Abstract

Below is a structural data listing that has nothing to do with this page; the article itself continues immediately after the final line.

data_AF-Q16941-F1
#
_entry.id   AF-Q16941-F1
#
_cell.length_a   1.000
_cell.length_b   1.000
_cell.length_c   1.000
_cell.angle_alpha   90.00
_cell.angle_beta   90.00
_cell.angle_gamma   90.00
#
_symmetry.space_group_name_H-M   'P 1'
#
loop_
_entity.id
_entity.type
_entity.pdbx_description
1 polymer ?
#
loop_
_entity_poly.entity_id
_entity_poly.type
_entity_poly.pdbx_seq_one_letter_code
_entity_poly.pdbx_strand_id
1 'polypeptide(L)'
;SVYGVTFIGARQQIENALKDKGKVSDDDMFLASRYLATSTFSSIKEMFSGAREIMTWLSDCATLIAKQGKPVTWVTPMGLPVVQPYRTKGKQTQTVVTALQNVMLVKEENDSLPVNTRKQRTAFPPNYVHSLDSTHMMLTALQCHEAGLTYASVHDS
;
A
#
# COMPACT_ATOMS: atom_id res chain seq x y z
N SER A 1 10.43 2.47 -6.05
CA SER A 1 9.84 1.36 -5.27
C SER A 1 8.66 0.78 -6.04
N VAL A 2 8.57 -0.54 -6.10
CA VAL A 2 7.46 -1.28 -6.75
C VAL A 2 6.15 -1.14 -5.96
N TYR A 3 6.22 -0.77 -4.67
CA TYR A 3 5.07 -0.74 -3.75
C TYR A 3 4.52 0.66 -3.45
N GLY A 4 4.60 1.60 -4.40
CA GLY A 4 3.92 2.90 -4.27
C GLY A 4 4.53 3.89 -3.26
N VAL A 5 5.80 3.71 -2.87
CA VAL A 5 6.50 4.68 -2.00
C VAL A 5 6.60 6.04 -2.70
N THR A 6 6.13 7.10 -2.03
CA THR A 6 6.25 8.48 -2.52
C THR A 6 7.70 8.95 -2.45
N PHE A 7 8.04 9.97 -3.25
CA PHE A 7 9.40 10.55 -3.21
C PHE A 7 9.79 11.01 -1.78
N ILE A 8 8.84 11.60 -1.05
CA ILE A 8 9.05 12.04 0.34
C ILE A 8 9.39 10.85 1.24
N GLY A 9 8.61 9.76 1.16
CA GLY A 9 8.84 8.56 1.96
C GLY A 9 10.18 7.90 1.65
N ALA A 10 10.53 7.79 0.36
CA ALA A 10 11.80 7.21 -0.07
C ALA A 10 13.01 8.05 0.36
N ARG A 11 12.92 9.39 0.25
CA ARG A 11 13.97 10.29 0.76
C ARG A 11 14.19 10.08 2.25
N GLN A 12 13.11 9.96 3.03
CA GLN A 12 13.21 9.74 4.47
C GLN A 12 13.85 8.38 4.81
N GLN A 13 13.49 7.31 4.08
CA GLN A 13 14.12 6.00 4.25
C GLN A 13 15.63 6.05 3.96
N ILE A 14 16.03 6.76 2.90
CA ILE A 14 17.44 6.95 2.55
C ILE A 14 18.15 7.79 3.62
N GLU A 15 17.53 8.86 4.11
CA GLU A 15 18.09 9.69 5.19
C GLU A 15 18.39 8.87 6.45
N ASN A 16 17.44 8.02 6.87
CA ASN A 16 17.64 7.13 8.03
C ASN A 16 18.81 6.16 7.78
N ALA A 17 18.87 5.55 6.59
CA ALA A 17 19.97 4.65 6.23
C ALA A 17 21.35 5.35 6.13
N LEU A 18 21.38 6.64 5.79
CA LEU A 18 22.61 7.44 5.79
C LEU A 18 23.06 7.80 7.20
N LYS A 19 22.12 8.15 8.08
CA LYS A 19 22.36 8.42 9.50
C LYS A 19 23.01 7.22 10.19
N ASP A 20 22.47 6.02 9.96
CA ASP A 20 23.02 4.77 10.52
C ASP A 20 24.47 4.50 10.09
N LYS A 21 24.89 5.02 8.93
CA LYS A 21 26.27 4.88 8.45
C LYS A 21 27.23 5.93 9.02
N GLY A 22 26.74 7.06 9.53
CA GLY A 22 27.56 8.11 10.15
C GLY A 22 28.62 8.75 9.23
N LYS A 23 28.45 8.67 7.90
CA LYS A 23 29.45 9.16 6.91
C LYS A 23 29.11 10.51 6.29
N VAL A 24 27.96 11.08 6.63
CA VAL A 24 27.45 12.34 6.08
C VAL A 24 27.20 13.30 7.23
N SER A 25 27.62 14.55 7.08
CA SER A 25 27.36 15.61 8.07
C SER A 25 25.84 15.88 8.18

Human monocytes incubated with phorbol myristate acetate (PMA) or opsonized zymosan particles can chlorinate the beta-amino acid taurine to its monochloramine derivative. Taurine monochloramine can then be quantitated by its ability to oxidize 5-thio-2-nitrobenzoic acid to its disulfide or by its characteristic absorption peak at 252 nm. Stimulated, but not resting, monocytes chlorinated taurine by a process dependent on time, cell concentration, and pH. The formation of taurine chloramine by stimulated monocytes could be inhibited by catalase, azide, or cyanide, was unaffected by superoxide dismutase, and was stimulated by exogenous myeloperoxidase. Thus, taurine chloramine generation by human monocytes appeared dependent on both H2O2 and myeloperoxidase. Compared to human neutrophils, the monocyte could generate similar amounts of chloramine when stimulated with phorbol myristate acetate, but far less if opsonized zymosan particles were used as the trigger. Based on the known ability of the H2O2- myeloperoxidase-Cl- system to generate free HOCl, it would seem that this oxidant is the most likely species responsible for the monocyte- mediated chlorination reactions. Thus, we have used a simple quantitative assay to demonstrate the ability of the human monocyte to generate large quantities of a highly reactive and toxic oxygen metabolite.

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